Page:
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Hospital Grooms Tomorrow's Leaders Today

John Commins, for HealthLeaders Media, February 17, 2009

One question businesses everywhere should be asking is "where will we get the leaders of tomorrow?"

Surprisingly, leadership development was a fairly low priority among CEOs in the new HealthLeaders Media Industry Survey 2009. Just 9% of hospital leaders include it among their Top 3 Priorities, although 48% of CEOs concede that mentoring future managers is a top personnel issue in need of improvement.

Executives at Central Maine Medical Center, a 250-bed, not-for-profit hospital in Lewiston, ME, are among those healthcare leaders who believe leadership development should be a top priority.

"To get to where we want to go as an organization we know we have to further invest in our managers to develop their skills and capacity to meet the challenges of healthcare," says Joyce McPhetres, vice president of Human Resources and Organizational Development at parent Central Maine Healthcare.

Like most health systems, CMHC has had leadership education programs in place for years. In the fall of 2007, however, CMHC established an Accelerated Development Group. Nine mid-level managers from the health system were screened from a pool of about 125 candidates representing a spectrum from administrative and clinical services. They were picked after a series of aptitude tests, interviews, and personal recommendations from their bosses that identified leadership traits, superior job performance, and communication skills.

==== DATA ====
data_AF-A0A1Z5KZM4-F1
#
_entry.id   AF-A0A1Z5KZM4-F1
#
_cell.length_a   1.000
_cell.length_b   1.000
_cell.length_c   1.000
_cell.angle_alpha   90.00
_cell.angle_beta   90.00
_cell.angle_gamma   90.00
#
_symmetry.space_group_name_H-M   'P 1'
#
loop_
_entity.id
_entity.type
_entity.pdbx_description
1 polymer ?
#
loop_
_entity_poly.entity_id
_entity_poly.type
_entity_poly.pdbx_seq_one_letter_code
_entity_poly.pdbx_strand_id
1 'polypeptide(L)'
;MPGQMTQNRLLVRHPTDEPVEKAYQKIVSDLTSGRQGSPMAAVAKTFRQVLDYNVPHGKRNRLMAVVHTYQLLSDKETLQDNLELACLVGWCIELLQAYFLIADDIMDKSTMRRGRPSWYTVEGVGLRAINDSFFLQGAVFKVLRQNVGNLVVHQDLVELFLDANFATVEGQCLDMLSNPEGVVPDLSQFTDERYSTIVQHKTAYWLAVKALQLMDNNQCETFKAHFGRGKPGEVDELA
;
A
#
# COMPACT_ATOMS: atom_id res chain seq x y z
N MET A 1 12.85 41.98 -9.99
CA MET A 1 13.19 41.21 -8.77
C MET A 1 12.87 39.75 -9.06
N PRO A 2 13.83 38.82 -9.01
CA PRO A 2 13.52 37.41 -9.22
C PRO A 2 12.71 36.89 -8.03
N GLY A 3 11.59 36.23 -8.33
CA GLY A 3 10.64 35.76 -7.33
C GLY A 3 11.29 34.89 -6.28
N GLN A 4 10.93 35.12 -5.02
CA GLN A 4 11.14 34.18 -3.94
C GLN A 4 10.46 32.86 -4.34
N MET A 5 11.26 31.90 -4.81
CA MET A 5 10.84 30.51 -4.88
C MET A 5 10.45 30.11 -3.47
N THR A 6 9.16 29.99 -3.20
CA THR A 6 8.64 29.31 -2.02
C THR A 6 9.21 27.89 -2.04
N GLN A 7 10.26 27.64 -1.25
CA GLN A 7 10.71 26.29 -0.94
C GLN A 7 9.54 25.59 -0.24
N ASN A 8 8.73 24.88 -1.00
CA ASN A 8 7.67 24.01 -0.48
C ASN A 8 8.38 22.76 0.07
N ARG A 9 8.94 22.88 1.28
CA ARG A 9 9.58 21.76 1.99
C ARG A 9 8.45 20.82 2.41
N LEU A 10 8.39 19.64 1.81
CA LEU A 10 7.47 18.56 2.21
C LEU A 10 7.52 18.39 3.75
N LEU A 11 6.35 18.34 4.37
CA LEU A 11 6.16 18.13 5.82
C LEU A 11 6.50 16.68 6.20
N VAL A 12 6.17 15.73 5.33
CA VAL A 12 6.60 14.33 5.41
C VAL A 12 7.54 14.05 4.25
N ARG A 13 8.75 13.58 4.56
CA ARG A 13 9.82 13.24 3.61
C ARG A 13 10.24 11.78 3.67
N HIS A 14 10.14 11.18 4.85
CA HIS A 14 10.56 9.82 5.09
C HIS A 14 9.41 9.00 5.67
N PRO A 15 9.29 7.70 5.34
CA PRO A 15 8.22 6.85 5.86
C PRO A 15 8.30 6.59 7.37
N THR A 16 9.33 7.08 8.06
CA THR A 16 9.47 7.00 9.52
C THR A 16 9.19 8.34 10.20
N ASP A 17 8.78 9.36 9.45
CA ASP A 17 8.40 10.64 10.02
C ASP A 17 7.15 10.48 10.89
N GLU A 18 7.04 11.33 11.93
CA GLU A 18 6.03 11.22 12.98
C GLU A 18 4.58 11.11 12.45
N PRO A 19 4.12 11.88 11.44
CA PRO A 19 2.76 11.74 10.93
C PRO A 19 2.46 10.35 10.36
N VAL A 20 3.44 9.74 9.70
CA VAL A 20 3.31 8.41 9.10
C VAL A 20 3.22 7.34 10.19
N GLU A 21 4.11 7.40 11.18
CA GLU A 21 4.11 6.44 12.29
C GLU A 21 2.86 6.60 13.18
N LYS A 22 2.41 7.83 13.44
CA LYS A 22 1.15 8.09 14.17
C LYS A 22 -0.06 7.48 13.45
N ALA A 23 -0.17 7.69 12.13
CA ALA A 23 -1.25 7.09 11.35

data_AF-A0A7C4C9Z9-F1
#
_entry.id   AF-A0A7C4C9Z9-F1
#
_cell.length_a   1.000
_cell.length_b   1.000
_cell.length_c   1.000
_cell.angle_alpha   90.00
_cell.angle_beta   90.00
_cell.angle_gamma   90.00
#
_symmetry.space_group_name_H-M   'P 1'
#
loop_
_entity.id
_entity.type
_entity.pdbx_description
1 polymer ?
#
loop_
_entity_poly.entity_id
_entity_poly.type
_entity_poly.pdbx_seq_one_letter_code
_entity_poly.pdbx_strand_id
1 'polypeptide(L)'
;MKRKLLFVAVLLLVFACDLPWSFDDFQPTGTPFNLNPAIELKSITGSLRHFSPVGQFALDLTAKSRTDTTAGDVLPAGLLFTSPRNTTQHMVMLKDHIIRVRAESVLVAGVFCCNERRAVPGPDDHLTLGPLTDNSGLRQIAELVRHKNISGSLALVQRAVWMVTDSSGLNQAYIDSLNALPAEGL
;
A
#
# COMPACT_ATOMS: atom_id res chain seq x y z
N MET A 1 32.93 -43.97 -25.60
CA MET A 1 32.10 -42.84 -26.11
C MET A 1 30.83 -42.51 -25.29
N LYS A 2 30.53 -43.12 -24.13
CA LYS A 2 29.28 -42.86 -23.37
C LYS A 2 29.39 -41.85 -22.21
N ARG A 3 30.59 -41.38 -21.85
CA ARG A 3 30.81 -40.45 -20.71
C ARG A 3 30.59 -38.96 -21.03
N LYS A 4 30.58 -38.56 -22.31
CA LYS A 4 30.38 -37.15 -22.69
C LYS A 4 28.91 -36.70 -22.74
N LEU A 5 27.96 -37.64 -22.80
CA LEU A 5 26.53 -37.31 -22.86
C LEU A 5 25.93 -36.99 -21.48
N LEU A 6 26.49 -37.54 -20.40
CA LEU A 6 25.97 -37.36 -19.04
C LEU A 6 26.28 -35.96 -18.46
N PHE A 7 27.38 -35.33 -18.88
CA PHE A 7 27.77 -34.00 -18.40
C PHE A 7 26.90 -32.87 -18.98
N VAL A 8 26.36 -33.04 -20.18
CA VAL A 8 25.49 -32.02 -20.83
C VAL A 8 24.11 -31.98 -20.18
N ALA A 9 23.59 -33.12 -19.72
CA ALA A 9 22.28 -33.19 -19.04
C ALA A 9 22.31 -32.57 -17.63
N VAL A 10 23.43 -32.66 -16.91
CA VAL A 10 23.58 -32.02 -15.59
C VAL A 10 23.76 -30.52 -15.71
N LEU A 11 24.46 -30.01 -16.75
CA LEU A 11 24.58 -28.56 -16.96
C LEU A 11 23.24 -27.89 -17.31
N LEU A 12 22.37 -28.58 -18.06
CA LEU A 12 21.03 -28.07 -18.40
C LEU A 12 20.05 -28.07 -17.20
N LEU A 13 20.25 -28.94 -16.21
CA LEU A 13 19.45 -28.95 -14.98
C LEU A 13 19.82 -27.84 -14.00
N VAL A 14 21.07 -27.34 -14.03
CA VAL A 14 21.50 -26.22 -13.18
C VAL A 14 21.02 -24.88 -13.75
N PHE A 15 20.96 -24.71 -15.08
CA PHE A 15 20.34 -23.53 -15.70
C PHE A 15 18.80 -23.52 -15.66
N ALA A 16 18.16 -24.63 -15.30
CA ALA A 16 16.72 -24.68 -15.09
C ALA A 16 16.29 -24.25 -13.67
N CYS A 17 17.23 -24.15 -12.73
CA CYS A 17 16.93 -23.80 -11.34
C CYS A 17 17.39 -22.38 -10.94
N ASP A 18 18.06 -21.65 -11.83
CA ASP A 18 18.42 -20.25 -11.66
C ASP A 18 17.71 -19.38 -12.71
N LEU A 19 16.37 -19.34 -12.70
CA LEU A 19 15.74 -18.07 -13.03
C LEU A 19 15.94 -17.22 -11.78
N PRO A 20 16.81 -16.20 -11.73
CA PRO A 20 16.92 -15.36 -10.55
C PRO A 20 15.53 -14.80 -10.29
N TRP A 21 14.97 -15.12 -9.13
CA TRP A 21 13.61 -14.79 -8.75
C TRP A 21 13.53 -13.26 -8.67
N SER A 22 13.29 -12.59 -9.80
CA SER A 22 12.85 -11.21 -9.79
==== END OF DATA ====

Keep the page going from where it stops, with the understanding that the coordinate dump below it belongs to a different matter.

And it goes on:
Assisted by consultants from Princeton, NJ-based Caliper Corp., the nine managers were divided into four groups and each was told to create an "action learning project" around a real business directive: Expand the health system's market share. Following that straightforward directive, the managers identified four strategies: expanding primary care and specialty care services; improving inter-system access with a shuttle service; improving patient referrals within the health system; and improving disease management protocols.

While working closely with one another to develop their projects, group members got help from Caliper coaches to refine their leadership, communication, and organizational skills. For many in the group, the program marked first time in their professional careers that they were encouraged to see themselves as leaders, and to act the part.

"This program taught me how to develop business cases, how to facilitate more effective meetings, and how to do a better job gathering data as I approached the projects," says Kathi Schandelmeier, director of primary care practices, at CMHC, and one of the nine managers in the charter program.

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